Swedish company eyes Eastern Stainless Corp.

October 06, 1994|By Ross Hetrick | Ross Hetrick,Sun Staff Writer

The troubled Eastern Stainless Corp. in Baltimore County may get a new lease on life because of a tentative agreement by Armco Inc. to sell the mill to one of the world's largest stainless steel companies, Swedish-based Avesta Sheffield AB.

"This action certainly clears the air and sets sail in a very positive direction," Mark L. Wasserman, secretary of the state Department of Economic and Employment Development, said yesterday. "You can feel the fresh air wafting in."

Officials for Avesta, which has its headquarters in Stockholm, said they plan to continue operations at the plant on Rolling Mill Road in Essex and want to expand the facility. The sale is expected to be completed early next year.

"Our intent is to grow our share in the stainless steel plate business," said Ted Hart, vice president of operations of the Avesta plant in Newcastle, Ind. "We view this as something positive."

Mr. Hart also said the company has a framework for an agreement with the United Steelworkers of America, which represents the 277 workers at the plant. The company is not seeking concessions but more flexible work rules, he said.

David Wilson, district director of the United Steelworkers of America, said he was optimistic about the possible sale. "If they put some capital in there, it's good news for the people," he said.

Mr. Wilson said the union must negotiate a shutdown agreement with Armco and a new contract with Avesta before the sale is completed.

Once an independent company, Eastern Stainless has been losing money since the mid-1980s. After filing for bankruptcy in 1986, it was bought by Cyclops Industries Inc., which in turn was acquired by Armco in 1992.

Eastern is technically a separate corporation, with Armco owning 84 percent of its stock. In 1993 Eastern lost $17.2 million on sales of $116.7 million compared with a 1992 loss of $22.9 million on sales of $132.3 million.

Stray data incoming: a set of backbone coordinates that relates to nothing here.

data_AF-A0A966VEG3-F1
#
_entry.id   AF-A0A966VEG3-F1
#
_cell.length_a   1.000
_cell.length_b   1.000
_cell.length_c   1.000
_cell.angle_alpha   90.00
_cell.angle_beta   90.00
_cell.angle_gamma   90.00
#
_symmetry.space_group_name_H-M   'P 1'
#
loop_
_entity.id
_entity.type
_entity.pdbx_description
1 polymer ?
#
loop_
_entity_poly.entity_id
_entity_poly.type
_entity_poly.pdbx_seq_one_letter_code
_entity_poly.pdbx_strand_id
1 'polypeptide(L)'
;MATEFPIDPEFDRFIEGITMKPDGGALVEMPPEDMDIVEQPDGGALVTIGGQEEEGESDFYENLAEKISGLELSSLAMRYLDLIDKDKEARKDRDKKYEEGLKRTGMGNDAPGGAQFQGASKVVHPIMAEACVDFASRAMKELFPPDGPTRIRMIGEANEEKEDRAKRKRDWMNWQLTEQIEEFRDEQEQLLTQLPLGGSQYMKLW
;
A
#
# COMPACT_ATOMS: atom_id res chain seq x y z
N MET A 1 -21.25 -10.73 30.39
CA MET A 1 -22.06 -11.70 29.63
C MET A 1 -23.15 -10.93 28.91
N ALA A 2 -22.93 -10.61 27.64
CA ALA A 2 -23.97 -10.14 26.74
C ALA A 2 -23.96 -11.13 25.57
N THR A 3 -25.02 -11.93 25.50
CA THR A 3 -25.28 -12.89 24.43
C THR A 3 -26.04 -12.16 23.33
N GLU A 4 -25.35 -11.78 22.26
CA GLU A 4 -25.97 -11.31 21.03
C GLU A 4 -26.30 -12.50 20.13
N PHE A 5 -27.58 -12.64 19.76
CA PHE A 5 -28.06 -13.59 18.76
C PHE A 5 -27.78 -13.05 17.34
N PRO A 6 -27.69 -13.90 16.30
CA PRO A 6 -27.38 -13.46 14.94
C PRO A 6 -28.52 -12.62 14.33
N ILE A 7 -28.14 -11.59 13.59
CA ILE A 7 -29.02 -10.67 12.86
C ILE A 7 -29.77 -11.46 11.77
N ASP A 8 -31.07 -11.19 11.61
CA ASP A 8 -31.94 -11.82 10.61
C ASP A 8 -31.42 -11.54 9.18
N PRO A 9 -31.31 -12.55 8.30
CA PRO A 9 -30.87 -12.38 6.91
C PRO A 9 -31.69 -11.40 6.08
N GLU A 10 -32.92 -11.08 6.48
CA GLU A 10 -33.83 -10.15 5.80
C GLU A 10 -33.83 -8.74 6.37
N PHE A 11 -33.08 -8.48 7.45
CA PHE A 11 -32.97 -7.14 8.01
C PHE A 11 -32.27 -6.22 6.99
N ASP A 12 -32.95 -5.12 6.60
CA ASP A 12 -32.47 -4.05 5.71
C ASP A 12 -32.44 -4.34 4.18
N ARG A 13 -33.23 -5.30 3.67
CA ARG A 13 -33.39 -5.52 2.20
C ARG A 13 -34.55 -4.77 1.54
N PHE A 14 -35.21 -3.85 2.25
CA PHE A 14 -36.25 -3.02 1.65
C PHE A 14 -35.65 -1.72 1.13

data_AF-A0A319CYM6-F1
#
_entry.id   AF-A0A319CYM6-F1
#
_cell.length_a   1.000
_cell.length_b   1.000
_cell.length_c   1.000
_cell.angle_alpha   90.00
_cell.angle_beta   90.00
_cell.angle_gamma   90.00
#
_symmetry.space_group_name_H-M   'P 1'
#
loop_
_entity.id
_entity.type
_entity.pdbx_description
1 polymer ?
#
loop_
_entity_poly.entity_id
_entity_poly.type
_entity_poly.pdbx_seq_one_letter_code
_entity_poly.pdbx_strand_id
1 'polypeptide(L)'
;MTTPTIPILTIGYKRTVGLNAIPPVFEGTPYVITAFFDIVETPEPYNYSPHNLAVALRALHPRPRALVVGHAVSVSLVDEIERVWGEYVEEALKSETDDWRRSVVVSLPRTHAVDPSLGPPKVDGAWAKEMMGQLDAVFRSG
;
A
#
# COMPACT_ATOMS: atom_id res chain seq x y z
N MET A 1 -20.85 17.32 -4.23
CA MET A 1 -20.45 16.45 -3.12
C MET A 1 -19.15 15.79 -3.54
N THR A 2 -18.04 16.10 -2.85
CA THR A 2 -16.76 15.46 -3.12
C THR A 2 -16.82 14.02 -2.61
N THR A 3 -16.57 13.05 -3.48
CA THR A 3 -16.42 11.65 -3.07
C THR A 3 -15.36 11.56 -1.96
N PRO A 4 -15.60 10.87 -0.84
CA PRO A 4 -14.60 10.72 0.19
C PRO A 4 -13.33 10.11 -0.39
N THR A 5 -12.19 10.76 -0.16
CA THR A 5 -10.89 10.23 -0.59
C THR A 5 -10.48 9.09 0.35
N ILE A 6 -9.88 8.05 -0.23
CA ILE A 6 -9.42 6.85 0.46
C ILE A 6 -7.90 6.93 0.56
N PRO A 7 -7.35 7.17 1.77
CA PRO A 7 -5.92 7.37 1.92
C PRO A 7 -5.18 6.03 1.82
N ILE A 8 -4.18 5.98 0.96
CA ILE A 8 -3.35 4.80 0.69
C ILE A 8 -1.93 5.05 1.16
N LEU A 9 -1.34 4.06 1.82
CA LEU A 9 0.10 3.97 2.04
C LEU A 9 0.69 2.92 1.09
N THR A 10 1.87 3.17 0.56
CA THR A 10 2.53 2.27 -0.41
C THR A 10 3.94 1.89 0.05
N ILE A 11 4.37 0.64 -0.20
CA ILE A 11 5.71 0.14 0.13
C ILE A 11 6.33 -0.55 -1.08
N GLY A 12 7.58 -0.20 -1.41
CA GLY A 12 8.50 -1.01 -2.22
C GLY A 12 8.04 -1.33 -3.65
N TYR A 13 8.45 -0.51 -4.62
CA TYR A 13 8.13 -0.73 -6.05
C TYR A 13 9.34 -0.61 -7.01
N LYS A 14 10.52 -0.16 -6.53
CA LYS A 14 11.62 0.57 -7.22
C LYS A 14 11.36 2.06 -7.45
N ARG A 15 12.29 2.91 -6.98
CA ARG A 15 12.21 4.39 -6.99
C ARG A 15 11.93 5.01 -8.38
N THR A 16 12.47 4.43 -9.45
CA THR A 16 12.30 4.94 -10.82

Individuals and groups, which hold the remaining 16 percent of the stock, will receive nothing from the sale, Armco said. The plant's work force has declined from 1,500 in the early 1980s to its present level.

The Pittsburgh-based Armco said it is selling the assets and certain liabilities to Avesta for an undisclosed amount.

But Armco said that Eastern's remaining liabilities will consume all the cash it receives in the deal and that it will have to take a $15 million special charge in the third quarter in connection with the sale.

Armco, which is struggling to make itself profitable, announced in August that it also plans to sell its stainless steel rod and bar plant on East Biddle Street in Baltimore, which has 50 workers, to Republic Engineered Steels Inc., an employee-owned steelmaker based in Massillon, Ohio.

If both sales are completed, Armco will stop making stainless steel in the Baltimore area after 48 years.

Avesta is the world's largest producer of stainless steel plates, which are used for industrial applications such as large storage tanks and pollution control equipment.

"I think it's a good move for Armco, and I think it's a good move for Avesta," said Clay L. Hoes, a steel analyst for Kemper Securities Inc. in Chicago.

Avesta "has a good reputation and they've been around for years," he said.

One of the biggest hurdles in completing the sale will be the antitrust review by the U.S. Justice Department since the production at Eastern and Avesta's New Castle plant would account for more than 40 percent of the U.S. stainless steel plate market.

But Mike R. Rinker, president of Avesta's U.S. marketing and sales arm, said the acquisition would help the stainless steel plate market since production costs would be lowered.

Avesta also plans to make a multimillion-dollar investment in a new annealing and pickling line at Eastern, which removes scale from coiled stainless steel on a continuous basis, Mr. Rinker said.

He said the plant would work in tandem with the New Castle plant, with Eastern making plates that are 72 inches and narrower, while the Indiana plant produces plates that are wider than 72 inches.

Mr. Hart is scheduled to be the president of the Eastern operation.

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